Breaking away from traditional textbook training in 2012, Lee began to travel to different Koreatowns around the world—including those in Los Angeles, Osaka, and São Paulo. His initial goal was to study public signage to see how people mixed Korean and other languages in innovative ways. However, as the research progressed, he became more interested in how language (not always Korean) and other resources (such as building materials, makeshift signs, historical allusions, or even food waste) facilitate different forms of national belonging.

Now having been to more than 20 Koreatowns, Lee is preparing to publish his research as a monograph. As a precursor, he recently published with Jackie Jia Lou, a sociolinguistics professor at the University of London’s Birkbeck College, an analysis of Korea’s Chinatown. The article aims to understand the complexities of producing the idea of “China” as a discrete national entity through linguistic, semiotic, and spatial resources. “What we found is that ‘China’ and ‘Korea,’ in the very effort to emphasize Chineseness in Korea, come to be blurred rather than differentiated,” he says.

Similarly, Lee explores language mixing in a book (forthcoming in 2020 with Routledge), Translinguistics: Negotiating Innovation and Ordinariness, co-edited with Dr. Sender Dovchin, a scholar from Mongolia who is now based at Curtin University in Australia. “People use language in fluid ways,” he says. “How has it become a hot topic in the last few years when it’s just not an interesting thing that people mix languages?”

As Lee prepares to welcome a new set of students to campus this fall who will need help adjusting to the confines of academic English, he believes more and more people are acknowledging the fluidity of language.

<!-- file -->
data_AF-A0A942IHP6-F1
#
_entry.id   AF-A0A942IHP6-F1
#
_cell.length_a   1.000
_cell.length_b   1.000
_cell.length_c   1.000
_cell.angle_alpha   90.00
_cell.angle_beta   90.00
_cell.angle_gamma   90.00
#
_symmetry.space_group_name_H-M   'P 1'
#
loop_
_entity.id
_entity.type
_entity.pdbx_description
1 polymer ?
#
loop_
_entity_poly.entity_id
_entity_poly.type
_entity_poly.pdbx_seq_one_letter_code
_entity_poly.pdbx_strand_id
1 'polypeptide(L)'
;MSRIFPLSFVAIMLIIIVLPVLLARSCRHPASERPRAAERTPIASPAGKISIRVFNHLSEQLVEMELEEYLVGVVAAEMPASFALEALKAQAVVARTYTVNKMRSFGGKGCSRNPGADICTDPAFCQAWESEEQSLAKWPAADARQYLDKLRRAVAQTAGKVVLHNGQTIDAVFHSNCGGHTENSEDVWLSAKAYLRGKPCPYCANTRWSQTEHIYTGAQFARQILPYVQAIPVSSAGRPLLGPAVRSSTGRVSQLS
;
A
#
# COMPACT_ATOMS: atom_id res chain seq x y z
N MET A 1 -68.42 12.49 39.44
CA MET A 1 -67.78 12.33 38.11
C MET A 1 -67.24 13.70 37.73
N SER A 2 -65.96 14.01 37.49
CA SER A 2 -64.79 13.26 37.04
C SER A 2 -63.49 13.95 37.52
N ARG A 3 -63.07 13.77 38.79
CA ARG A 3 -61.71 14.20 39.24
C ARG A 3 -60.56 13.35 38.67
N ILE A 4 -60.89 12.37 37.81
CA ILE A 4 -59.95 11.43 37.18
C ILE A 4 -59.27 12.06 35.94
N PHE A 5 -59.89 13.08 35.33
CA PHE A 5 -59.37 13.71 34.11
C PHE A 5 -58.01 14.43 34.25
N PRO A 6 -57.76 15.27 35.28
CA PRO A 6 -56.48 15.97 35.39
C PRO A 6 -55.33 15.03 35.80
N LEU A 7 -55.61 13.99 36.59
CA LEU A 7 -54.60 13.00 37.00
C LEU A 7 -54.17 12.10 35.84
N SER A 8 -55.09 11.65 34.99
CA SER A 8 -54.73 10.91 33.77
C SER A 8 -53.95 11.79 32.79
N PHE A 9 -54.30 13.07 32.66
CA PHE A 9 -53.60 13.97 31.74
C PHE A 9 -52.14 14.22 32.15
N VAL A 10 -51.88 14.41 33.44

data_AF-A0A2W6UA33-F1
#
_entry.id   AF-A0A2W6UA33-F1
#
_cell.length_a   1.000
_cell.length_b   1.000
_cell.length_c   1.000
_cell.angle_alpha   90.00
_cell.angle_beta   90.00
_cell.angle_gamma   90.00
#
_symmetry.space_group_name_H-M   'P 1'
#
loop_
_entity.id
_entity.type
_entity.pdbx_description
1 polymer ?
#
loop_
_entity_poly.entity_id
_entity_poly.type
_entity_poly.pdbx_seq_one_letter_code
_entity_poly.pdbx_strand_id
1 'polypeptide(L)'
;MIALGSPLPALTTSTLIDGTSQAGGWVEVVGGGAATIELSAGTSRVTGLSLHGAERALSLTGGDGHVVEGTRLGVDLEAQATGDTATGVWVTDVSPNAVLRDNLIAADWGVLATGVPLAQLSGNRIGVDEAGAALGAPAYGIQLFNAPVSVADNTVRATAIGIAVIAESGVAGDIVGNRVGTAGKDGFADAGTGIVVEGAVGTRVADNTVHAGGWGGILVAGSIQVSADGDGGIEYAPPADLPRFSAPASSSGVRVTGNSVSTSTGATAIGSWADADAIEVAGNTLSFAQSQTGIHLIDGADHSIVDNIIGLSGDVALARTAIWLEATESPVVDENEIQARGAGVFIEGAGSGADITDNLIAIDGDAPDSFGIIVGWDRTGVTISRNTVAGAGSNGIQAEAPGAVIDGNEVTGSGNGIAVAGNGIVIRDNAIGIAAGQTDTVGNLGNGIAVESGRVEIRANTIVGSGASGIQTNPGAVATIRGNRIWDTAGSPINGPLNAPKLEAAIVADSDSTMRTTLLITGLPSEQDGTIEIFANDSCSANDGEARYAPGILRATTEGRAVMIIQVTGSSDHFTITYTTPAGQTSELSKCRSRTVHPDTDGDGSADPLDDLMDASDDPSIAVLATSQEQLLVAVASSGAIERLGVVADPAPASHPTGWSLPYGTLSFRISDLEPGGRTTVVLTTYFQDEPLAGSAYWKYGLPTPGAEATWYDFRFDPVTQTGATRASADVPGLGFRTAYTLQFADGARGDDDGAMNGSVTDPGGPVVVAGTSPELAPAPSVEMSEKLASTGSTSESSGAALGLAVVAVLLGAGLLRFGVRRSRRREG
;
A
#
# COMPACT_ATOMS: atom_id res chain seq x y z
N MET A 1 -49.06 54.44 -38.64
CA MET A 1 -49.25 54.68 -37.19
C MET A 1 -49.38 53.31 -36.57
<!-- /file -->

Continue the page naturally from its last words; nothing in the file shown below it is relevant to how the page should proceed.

“One popular concept among scholars is ‘translanguaging,’ which reflects the reality that individuals who use more than one language do not always see the boundaries between two languages, even, for instance, two seemingly disparate languages such as English and Chinese, as fixed,” he says. “This reminds us that people have the capacity to blend languages in innovative ways but also that the blending of languages is not necessarily a ‘bad’ thing. Today, though, I don't see one choice as better or worse than the other, and this is essentially what I argue in my earlier book on The Politics of Translingualism, which reflects my general philosophy toward language: that people should use language in whatever way that makes sense for them to achieve their diverse communicative needs, for it’s not always about right and wrong.” But Lee also acknowledges that it’s highly possible that his own position can change as he learns more from his research and from his students. Like languages themselves, Lee is always evolving.
East Asian Studies
Asian American Studies